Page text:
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Step aside Harry Potter; after just five months of availability, Amazon’s (s amzn) newest Kindle reader just ousted you as the best-selling product in the company’s history. Amazon is touting the record sales of its Kindle device today, which speaks both to the growing popularity of ebooks as well as the $139 price point for a Wi-Fi version of the Kindle. Perhaps the most interesting aspect of the Amazon news is that there’s room for both dedicated e-book devices and multi-purpose tablets.
In today’s press release announcing the record sales, I noticed this tidbit buried in a quote from Amazon CEO, Jeff Bezos:
We’re seeing that many of the people who are buying Kindles also own an LCD tablet. Customers report using their LCD tablets for games, movies, and web browsing and their Kindles for reading sessions.
Since Kindle is both a device and a platform, Amazon can see when a customer owns both a Kindle and a tablet, or other handheld, because the company wisely built a Kindle app for multiple platforms: PC, Mac (s aapl), BlackBerry (s rimm), Android (s goog) and iOS, while a version for Windows Phone 7 (s msft) is coming soon. One Amazon account used on both a Kindle and a tablet, for example, tells Amazon that this particular person owns both types of devices. It’s likely someone who owns both uses one Amazon account, enabling e-book content to be purchased once and read on both devices. Amazon’s Whispersync, which is also tied to the Amazon account, helps keep track of a reader’s place on multiple devices as well.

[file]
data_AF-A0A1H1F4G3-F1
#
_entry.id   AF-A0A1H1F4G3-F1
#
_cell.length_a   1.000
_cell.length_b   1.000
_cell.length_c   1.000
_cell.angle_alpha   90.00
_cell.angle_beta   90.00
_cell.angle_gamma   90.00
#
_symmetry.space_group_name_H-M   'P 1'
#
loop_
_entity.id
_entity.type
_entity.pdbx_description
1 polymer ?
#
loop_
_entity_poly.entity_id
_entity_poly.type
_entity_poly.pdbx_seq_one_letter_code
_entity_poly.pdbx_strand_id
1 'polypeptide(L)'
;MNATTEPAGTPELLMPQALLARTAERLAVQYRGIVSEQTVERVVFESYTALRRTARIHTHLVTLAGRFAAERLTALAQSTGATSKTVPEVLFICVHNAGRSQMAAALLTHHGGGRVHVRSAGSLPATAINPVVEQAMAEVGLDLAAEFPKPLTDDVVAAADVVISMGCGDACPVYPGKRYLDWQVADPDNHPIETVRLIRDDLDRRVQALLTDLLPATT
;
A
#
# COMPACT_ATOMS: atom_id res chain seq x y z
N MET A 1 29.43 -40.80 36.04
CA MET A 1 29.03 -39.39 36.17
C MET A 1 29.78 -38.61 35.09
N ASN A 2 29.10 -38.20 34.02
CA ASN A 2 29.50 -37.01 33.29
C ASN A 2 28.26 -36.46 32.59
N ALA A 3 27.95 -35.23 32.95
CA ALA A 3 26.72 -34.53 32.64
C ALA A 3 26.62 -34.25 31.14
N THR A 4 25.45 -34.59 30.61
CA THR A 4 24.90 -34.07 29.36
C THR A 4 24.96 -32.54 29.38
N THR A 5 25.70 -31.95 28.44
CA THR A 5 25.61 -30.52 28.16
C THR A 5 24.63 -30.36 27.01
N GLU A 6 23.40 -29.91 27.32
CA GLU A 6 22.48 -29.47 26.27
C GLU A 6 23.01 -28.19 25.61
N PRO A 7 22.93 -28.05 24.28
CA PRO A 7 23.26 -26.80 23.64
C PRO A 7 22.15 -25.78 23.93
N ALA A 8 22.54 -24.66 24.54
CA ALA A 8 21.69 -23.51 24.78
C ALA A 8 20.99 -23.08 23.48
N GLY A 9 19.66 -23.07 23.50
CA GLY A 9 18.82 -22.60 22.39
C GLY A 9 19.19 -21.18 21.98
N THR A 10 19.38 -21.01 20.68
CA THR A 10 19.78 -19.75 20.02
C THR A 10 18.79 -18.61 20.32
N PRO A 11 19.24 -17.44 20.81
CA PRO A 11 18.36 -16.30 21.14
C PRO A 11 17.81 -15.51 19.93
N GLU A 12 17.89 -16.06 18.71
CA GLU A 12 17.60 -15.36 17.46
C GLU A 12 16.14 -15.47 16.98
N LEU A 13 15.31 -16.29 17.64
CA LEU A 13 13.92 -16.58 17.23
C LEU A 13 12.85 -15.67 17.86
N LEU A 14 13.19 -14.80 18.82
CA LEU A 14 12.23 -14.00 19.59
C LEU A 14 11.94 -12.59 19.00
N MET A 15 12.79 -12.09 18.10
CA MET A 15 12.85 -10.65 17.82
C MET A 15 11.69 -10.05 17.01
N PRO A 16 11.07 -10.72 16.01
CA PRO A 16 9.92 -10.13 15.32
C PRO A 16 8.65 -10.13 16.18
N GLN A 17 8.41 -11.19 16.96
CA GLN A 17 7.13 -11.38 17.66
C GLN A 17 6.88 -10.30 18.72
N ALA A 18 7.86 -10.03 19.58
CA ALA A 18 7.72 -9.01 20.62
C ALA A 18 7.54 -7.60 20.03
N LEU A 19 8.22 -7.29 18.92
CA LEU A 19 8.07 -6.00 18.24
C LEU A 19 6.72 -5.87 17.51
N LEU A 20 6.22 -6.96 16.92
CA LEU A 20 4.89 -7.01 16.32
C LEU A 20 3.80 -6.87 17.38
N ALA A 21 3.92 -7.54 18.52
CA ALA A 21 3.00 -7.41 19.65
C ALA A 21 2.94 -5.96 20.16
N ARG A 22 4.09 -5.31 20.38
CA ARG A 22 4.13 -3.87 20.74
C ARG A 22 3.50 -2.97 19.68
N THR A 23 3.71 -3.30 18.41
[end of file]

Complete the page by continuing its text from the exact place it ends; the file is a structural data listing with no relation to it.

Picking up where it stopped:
This “buy once, read anywhere” and bookmark syncing approach is enabling Amazon to succeed in both the e-book market through Kindle hardware and in the tablet / handheld markets through software. That’s a huge advantage over Apple’s (s aapl) iBook model, because e-book content purchased from Apple can only be read on Apple devices, thus limiting the appeal of iBooks. Although I sold my Kindle just days after purchasing an iPad back in April, I have yet to buy any content from Apple’s iBooks store for this very reason. Why would I want to limit my choices of where to read a book?
Even though I no longer have Kindle hardware, Amazon still has me as a Kindle customer, getting every one of my e-book content purchases. I often buy two or three e-books per week from Amazon, so I doubt they mind that I sold my Kindle device. The best part? Priced at $139, it wouldn’t hit my budget too hard if I snapped up a new Kindle for the eInk experience. As Jeff Bezos has noted, for many people, there’s room for a dedicated Kindle even if people already own an LCD tablet! Of course, as pointed out by this Penny Arcade bit from last year, some folks might even want a paper book in this digital age. How else can Harry Potter expect to compete when he hasn’t been magically digitized just yet?
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